https://www.ebay.com...hgAAOSwMHtbmokw

 

Here are the head gaskets on his website.

https://isavetractor...2-k582-engines/

Thanks!

I've bought several parts from that place with no problems.  I'm might still buy them from him.

 

 

I'm looking for them as well. Genuine Kohler gaskets are the best, but no longer have the original style with the metal "fire ring" unfortunately. Those are what I prefer, but they haven't been available for quite some time. I'm still holding out hope that I'll find some NOS gaskets as used originally, but worse come to worse I'll have to get what's available thru kohler now. Bolens 1000 (Brian) a site sponsor here carries them tho, if you want the new kohler gaskets.

Thanks!

I will keep Bolens 1000 on my list for parts.


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#6 Mark 149 J. OFFLINE  

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Posted January 04, 2021 - 08:48 PM

Eric, have you see a difference between the newer vs old style head gaskets with all the small engine work you've done?

The other problem I have is 3 of the 4 valves on the engine are burnt.  What have you done in cases like this?  Did you have to have the seat ground?



#7 EricFromPa OFFLINE  

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Posted January 05, 2021 - 12:20 AM

Haven't had the pleasure of working on a K582 with the exception of carb cleaning/rebuilding, points, condenser and a couple coils. I did put rings and new con rods in a couple of M18s but that's all I've done with any opposed twin cylinder Kohler.

 

I've cut in more than a few Onan and opposed twin Briggs and single cylinder briggs and Kohler valve seats and lapped in alot of valves though. I have an old valve seat cutter set with replaceable carbide cutters. It's in a wood box with leather strap hinges. I have no idea who made it or how old it is but it works pretty darn good.

 

I hate doing valve guides so I let my uncle do them for me. He seems to enjoy doing them more than I do.  :rolling:  I don't have a valve guide reamer set yet and it's easier to cut them out on the bridgeport freeze them and drop them in and ream them with the block bolted or clamped to the table on the mill.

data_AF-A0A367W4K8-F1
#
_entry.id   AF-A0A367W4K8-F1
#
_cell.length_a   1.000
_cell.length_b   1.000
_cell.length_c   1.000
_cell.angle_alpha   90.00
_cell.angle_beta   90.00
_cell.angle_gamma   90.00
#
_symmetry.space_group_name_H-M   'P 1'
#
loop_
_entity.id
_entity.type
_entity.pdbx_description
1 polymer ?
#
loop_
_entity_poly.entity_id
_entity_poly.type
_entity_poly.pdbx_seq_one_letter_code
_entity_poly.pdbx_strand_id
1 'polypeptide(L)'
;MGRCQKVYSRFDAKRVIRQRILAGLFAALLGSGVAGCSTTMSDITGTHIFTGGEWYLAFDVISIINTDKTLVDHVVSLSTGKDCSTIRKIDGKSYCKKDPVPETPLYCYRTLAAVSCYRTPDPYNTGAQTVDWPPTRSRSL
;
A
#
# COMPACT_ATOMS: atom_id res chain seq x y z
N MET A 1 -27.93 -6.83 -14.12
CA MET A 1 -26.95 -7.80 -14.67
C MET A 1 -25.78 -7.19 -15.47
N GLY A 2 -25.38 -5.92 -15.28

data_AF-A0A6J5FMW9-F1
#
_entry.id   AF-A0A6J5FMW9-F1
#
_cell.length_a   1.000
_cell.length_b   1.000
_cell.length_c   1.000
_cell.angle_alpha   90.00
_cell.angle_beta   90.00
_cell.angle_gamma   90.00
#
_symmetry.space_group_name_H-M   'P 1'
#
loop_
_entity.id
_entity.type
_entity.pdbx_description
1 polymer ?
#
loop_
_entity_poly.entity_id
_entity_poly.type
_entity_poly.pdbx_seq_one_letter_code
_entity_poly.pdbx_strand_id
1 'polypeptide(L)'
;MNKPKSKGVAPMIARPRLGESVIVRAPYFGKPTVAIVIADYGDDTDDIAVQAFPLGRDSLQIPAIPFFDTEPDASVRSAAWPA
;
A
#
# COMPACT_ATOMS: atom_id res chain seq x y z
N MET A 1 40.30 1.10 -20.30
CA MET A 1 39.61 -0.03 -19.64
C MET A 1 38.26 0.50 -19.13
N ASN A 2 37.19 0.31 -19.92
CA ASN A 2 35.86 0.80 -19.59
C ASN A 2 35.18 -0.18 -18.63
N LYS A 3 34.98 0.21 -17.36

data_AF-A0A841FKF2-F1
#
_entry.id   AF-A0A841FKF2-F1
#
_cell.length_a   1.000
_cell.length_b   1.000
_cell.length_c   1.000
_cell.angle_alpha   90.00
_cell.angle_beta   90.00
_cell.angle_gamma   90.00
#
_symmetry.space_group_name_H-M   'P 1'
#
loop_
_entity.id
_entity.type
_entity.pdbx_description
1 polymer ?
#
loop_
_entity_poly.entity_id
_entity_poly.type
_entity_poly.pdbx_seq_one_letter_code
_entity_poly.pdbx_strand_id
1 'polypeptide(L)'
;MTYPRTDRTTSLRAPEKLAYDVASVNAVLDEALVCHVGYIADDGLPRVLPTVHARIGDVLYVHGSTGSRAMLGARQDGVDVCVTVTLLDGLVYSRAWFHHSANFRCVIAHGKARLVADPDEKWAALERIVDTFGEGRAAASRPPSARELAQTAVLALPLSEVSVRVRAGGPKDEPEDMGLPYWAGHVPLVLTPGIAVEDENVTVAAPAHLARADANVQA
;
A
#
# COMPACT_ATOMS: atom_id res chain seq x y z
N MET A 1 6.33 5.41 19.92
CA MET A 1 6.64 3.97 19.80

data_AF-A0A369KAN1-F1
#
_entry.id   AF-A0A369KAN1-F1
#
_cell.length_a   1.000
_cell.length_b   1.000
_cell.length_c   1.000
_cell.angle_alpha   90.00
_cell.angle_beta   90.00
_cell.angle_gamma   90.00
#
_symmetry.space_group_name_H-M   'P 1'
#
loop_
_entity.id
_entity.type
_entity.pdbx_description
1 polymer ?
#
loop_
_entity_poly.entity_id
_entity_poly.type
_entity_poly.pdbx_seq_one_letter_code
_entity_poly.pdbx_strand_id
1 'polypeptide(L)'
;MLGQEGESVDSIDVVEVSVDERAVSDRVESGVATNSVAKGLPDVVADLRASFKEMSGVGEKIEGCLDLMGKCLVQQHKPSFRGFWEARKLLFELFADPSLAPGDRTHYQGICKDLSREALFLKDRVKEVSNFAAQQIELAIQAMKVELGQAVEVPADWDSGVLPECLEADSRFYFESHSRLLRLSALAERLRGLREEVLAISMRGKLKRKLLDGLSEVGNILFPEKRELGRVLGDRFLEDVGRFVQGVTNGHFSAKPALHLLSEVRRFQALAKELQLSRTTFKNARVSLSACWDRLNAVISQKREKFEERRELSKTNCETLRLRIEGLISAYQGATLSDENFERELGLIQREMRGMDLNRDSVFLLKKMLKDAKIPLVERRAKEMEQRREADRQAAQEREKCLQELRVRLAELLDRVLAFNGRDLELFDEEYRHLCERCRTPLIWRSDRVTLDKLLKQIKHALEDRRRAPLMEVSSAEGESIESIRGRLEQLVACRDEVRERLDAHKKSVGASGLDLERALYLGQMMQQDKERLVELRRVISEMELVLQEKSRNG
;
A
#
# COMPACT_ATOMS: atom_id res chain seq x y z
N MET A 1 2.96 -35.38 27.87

If the valve isn't really bad as in missing pieces I've chucked them up in a drill and used my bench grinder before and it works pretty decent in a pinch if you have a steady hand. But it takes a good bit of lapping even with a fine stone on the grinder. My uncle has a newer lathe and alot of tooling so I let him turn valves for me. It's alot faster, leaves a better finish and it takes the guess work out of cutting a perfect 45* angle. 

 

Now if I could only talk him into getting a bigger boring bar for his bridgeport he could bore engines for me.lol 

 

Those newer soft graphite head gaskets don't blow out as fast as the laminated steel ones that do not have the fire ring. I've had Alot of those fail. They like to burn out between the layers. 

 

Here this is a graphite head gasket for a K11/K181. Only bad thing about them is that they can not be reused. If you take the head back off for any reason the gasket will be ruined. They seem to hold up better than the laminated ones that do not have the fire ring.

head gasket.jpeg


Edited by EricFromPa, January 05, 2021 - 12:30 AM.

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#8 Mark 149 J. OFFLINE  

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Posted January 05, 2021 - 01:04 AM

Sounds like to have a lot of good resources when working on these types of engines.

 

This K582 is in my Toro GMT 200.  I have another post for it here on GTTalk.  You can see pictures of how bad the valves are.  Take a look.


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#9 29 Chev OFFLINE  

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Posted January 05, 2021 - 10:36 AM

Thanks!

That was some very interesting information about head gasket materials.  I took off the heads tonight and the old gaskets look great.  Nothing was burnt or cracked so I think I will end up reusing them.  

 

 

 

 

 

 

The Kohler Service Manual recommends new gaskets on reassembly - up to you.  In my world putting on used head gaskets that have already been compressed is like reusing a brake flex hose copper gasket - odds are you will get away with it but every once in a while it will come back to haunt you with a leak. 

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#10 fredh OFFLINE  

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Posted January 05, 2021 - 12:38 PM

I have been putting a light coating of never seize on my head gaskets for years. It has always seemed to work well as far as sealing and in taking back apart when need be. Also, I always put never seize on the head bolt threads because that is the only way to get reliable torque results. Almost always use never seize on engine parts like carb. gaskets, intake and exhaust gaskets and bolts and any place that may want to heat up and stick together. Hope this helps. Fred.